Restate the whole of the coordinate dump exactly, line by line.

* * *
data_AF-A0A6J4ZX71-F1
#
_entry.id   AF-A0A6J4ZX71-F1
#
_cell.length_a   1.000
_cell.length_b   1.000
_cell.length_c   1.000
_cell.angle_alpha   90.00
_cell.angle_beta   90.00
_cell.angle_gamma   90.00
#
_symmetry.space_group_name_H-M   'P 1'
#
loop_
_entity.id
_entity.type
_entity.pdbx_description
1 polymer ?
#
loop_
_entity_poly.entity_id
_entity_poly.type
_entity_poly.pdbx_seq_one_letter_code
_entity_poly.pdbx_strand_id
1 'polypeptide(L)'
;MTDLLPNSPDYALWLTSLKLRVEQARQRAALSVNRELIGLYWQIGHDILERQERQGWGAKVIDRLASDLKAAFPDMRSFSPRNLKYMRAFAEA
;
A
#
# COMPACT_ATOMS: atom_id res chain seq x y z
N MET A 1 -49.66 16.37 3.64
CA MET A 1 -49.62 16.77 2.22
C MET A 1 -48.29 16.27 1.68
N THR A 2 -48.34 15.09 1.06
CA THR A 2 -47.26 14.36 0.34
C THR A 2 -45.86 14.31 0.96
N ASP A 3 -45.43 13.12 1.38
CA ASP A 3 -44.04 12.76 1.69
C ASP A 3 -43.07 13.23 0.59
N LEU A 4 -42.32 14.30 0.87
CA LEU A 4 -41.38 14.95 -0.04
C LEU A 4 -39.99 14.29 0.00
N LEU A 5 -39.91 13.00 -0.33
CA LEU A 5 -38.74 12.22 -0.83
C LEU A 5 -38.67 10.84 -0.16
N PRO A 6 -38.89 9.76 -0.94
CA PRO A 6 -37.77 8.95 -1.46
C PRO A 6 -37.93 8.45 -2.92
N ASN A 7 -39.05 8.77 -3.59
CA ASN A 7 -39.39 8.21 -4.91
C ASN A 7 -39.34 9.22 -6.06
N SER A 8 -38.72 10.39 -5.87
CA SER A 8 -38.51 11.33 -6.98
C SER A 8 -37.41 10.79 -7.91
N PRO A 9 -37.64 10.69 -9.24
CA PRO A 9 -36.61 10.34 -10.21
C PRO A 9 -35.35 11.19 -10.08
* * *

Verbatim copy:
data_AF-A0A6J4ZX71-F1
#
_entry.id   AF-A0A6J4ZX71-F1
#
_cell.length_a   1.000
_cell.length_b   1.000
_cell.length_c   1.000
_cell.angle_alpha   90.00
_cell.angle_beta   90.00
_cell.angle_gamma   90.00
#
_symmetry.space_group_name_H-M   'P 1'
#
loop_
_entity.id
_entity.type
_entity.pdbx_description
1 polymer ?
#
loop_
_entity_poly.entity_id
_entity_poly.type
_entity_poly.pdbx_seq_one_letter_code
_entity_poly.pdbx_strand_id
1 'polypeptide(L)'
;MTDLLPNSPDYALWLTSLKLRVEQARQRAALSVNRELIGLYWQIGHDILERQERQGWGAKVIDRLASDLKAAFPDMRSFSPRNLKYMRAFAEA
;
A
#
# COMPACT_ATOMS: atom_id res chain seq x y z
N MET A 1 -49.66 16.37 3.64
CA MET A 1 -49.62 16.77 2.22
C MET A 1 -48.29 16.27 1.68
N THR A 2 -48.34 15.09 1.06
CA THR A 2 -47.26 14.36 0.34
C THR A 2 -45.86 14.31 0.96
N ASP A 3 -45.43 13.12 1.38
CA ASP A 3 -44.04 12.76 1.69
C ASP A 3 -43.07 13.23 0.59
N LEU A 4 -42.32 14.30 0.87
CA LEU A 4 -41.38 14.95 -0.04
C LEU A 4 -39.99 14.29 0.00
N LEU A 5 -39.91 13.00 -0.33
CA LEU A 5 -38.74 12.22 -0.83
C LEU A 5 -38.67 10.84 -0.16
N PRO A 6 -38.89 9.76 -0.94
CA PRO A 6 -37.77 8.95 -1.46
C PRO A 6 -37.93 8.45 -2.92
N ASN A 7 -39.05 8.77 -3.59
CA ASN A 7 -39.39 8.21 -4.91
C ASN A 7 -39.34 9.22 -6.06
N SER A 8 -38.72 10.39 -5.87
CA SER A 8 -38.51 11.33 -6.98
C SER A 8 -37.41 10.79 -7.91
N PRO A 9 -37.64 10.69 -9.24
CA PRO A 9 -36.61 10.34 -10.21
C PRO A 9 -35.35 11.19 -10.08